Our French Life

Carry On Doctor

kenneth williams

Now, at some stage in your new life in France you will need to pay the doctors a visit. Unless, of course, you’re a bloke as they tend to only visit when they’re actually dying or have been dragged there. The rest of us tend to go willingly and with kids in tow.

So, when we came over I was aware that there would be so much going on with renting/moving 3 x before finally moving into our home. Plus getting the kids settled in school, french lessons, the renovation and what not.  I wasn’t going to add to my blood pressure readings by trying to do everything else i.e set up a business, claim child benefit, change our number plates and obtain the golden ticket – the carte vitale. Don’t even get me started on people’s “ooooh have you paid into the system?” “ooooh if not you can’t get health care”. What is wrong with people? Would these same people happily stand over you, wagging their self-righteous finger whilst you took your last breath, saying “have you paid into the system because it’s my business you see and if you haven’t sorry you can’t get treatment”.

Listen up. No doctor is going to let you die with or without your carte vitale.  And guess what? The person on the forum isn’t going to the doctors with you to stop you getting treatment. In their little keyboard warrior, freezing cold farmhouse that they bought “because you couldn’t get this in the UK” (what you mean central heating and a life?) they are but in the real world they’re not.

It’s not a golden ticket this healthcare. Everyone should be entitled to health care in any country in the world but in particular a first world country.  So please chill out about it if you’ve just moved over. You can get a doctor’s appointment, you will get a doctor’s appointment, you can go to A&E and you can get life saving treatment. The doctors, nurses and pharmacists I’ve come across actually don’t give two hoots about where you are in the bureaucracy vortex. They want to treat you. End of.

carte vitale
You will get your Carte Vitale one way or another – so in the meantime, chill out! This dude is

Furthermore, if you’ve lived in the UK then I’m taking a wild guess that you’ve probably paid into NI contributions all your life. Plus the last time I checked, you live in the European Union whereby this means you are entitled to health care. Poor people get 100% health care in both countries and that’s how it should be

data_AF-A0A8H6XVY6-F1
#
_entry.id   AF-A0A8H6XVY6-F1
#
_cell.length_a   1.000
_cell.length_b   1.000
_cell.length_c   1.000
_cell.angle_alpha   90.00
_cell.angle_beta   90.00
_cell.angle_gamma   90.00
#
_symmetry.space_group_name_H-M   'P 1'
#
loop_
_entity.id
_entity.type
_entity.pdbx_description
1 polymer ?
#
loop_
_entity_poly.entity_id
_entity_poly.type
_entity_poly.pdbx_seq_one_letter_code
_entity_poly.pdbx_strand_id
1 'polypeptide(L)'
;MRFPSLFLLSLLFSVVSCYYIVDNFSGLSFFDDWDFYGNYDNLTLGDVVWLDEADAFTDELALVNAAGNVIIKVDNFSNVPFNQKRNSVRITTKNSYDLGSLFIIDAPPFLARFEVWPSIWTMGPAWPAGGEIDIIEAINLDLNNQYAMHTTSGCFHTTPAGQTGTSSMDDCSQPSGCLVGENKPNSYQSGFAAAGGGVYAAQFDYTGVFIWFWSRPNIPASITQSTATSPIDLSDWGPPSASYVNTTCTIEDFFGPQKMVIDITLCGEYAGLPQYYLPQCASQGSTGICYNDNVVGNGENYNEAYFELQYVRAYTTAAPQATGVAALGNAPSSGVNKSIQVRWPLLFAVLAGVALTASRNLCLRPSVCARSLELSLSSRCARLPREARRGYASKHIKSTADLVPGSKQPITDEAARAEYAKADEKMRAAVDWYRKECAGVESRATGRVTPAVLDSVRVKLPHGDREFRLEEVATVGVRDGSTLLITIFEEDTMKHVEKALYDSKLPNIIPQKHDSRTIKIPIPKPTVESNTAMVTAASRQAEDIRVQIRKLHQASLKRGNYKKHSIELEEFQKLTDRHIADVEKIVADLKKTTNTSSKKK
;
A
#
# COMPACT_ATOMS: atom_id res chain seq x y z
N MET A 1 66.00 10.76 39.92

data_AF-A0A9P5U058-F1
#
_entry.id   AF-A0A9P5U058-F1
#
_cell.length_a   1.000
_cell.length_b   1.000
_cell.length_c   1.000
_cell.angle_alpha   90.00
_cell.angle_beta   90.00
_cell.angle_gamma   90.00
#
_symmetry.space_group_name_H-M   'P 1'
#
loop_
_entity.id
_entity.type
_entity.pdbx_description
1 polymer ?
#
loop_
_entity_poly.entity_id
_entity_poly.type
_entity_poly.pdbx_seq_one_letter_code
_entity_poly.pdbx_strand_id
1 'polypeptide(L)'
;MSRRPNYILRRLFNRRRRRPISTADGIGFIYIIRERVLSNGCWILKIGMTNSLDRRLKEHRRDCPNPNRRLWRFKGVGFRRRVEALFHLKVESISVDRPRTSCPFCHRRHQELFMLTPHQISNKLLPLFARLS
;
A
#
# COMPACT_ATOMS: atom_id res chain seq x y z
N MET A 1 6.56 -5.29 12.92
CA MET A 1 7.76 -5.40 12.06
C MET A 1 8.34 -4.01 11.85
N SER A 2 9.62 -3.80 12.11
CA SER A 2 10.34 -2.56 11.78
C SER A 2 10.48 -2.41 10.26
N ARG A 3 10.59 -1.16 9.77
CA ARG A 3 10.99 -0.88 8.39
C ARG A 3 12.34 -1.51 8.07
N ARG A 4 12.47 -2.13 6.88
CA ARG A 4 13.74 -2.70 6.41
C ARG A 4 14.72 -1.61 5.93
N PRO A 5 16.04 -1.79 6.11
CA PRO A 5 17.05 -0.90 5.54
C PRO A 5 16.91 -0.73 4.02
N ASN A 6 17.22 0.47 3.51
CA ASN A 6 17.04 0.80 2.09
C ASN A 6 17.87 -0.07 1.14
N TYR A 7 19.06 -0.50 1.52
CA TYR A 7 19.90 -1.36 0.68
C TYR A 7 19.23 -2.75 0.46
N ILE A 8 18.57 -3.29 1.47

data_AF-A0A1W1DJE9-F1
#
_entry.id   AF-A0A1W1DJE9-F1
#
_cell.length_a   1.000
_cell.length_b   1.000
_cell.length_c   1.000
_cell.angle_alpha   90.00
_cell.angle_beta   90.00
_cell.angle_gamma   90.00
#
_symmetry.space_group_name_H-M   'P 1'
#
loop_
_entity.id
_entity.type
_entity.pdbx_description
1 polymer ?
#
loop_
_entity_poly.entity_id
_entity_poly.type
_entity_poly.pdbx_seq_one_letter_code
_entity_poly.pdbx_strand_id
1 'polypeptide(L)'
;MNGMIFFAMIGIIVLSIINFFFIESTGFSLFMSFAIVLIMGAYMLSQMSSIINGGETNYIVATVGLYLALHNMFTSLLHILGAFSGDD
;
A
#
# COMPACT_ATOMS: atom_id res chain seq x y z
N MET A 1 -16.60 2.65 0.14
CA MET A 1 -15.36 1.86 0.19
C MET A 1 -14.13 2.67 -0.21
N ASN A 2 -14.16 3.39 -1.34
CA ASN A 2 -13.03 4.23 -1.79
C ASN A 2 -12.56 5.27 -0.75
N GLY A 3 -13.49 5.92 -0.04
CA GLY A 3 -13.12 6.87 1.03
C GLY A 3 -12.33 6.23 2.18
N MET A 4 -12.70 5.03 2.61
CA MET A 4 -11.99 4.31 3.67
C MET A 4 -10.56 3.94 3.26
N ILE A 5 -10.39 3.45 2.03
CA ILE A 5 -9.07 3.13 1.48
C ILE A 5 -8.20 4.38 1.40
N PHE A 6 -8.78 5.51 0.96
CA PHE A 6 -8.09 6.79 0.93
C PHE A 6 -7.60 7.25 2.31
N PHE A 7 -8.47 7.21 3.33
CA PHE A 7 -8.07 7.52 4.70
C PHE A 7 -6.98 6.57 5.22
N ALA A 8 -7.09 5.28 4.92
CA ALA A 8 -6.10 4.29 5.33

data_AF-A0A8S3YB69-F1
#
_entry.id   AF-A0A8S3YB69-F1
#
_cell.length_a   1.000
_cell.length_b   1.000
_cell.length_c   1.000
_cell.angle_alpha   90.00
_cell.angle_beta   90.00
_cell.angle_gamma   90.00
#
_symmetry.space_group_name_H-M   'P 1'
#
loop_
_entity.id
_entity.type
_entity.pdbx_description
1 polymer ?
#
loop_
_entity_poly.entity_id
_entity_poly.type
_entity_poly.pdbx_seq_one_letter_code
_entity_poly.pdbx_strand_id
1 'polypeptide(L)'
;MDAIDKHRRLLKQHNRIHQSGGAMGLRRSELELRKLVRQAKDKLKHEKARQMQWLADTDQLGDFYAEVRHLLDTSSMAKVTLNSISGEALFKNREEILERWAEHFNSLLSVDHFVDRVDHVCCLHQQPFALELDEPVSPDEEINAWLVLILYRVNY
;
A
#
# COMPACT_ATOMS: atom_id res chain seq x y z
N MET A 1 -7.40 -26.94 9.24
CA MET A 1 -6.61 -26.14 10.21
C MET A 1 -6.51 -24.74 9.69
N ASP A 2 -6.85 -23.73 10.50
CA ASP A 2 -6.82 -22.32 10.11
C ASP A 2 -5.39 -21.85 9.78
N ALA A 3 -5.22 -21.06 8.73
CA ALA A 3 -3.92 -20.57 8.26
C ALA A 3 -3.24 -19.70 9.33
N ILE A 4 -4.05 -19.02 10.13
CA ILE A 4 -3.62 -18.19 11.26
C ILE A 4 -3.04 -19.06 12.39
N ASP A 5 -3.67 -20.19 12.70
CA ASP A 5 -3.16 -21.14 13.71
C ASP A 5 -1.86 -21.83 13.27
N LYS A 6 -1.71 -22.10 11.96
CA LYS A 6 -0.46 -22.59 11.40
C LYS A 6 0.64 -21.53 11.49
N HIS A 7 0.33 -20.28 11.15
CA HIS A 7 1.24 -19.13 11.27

Disclaimer – off topic be back in mo…

Oh and by the way I’m never going to want an abandoned frigging kitten! Sorry. Not sorry. I don’t mind animals and if I did want to add stuff to my “to do list” I would buy a cow. I like the cows so I do. The brown and cream ones are my favourite but guess what?! I can see them all the time. So nope. I don’t want chickens that lay too many eggs so that I have to bake excessively or try and sell them on facebook. Seriously the other day someone was trying to get 1 euro an egg. Hold the phone. Give me 12, yes 12 for 12 euros said no person ever. I can get 12 in Lidl for about 2.40 euros.  Why an earth am I going to give you 12 euros?! I don’t want a goat (well not just yet) they have creepy damion eyes, a donkey or a dog just yet. And no I’m not getting a Spanish rescue dog that will probably attack my child. Yes we live in the countryside but no I don’t need a farm in my house. Not yet in any event. I want to go and explore France and go on holiday. I don’t need to be worrying about the farm animals. I have gone off on one so back to the doctors.

And she’s back..

I made sure all our EHIC’s (although I call them E111’s as I still think 2006 was like 3 years ago) were up to date before we left and carried them in my purse.  I have touched on this subject here. This means I was able to get around the fact I hadn’t obtained my carte vitale the moment my foot landed on French soil.  I did keep all the doctors receipts but prior to getting a temporary social security number, I wrongly assumed I could claim it back. I have to claim it back via the UK. So NHS expect something in the post.

So our commune works like this. There is no person sitting in reception at the doctors. This was quite strange when we first arrived. En mass we went to the doctor’s surgery to book an appointment, for my son, who needed a medical certificate.

Most sports and some schools will require your child to have a medical certificate. My son joined a cycling club as soon as we got here. In order for him to get his race licence we needed to get this certificate.

So we all traipsed in expecting to see the same kind of set up as in the UK – but all we did was startle 5 patients sitting in the waiting room. We said a quick bonjour and left. We have to phone our doctors to book an appointment.  Much like the UK I can get an appointment more or less when it suits.  I understand there are different charges for different services i.e a home visit would cost you more than the standard 25 euros surgery visit.

Now, once you have your carte vitale you will get the majority of that back and the rest will be refunded via your ‘mutelle’ that is your top up health insurance. I’ve yet to get a quote on this but I’m bracing myself and will let you know what this covers and how much it is.

So yes, our first visit was for the medical certificate. We were quite the novices when we arrived. Firstly you have to ring the door bell before you enter. This is, I’m assuming, to let the doctor know that you’re in the waiting room. Just like the doctors in the UK (for me at any rate) there’s a 20 minute wait over your alloted time – 90% of our visits have been like this.


Do not attempt to bisous (kiss) or shake your doctor’s hand! He’s probably had his fill of coming into contact with germs you don’t want to add to his woes. Plus it would be #awkward.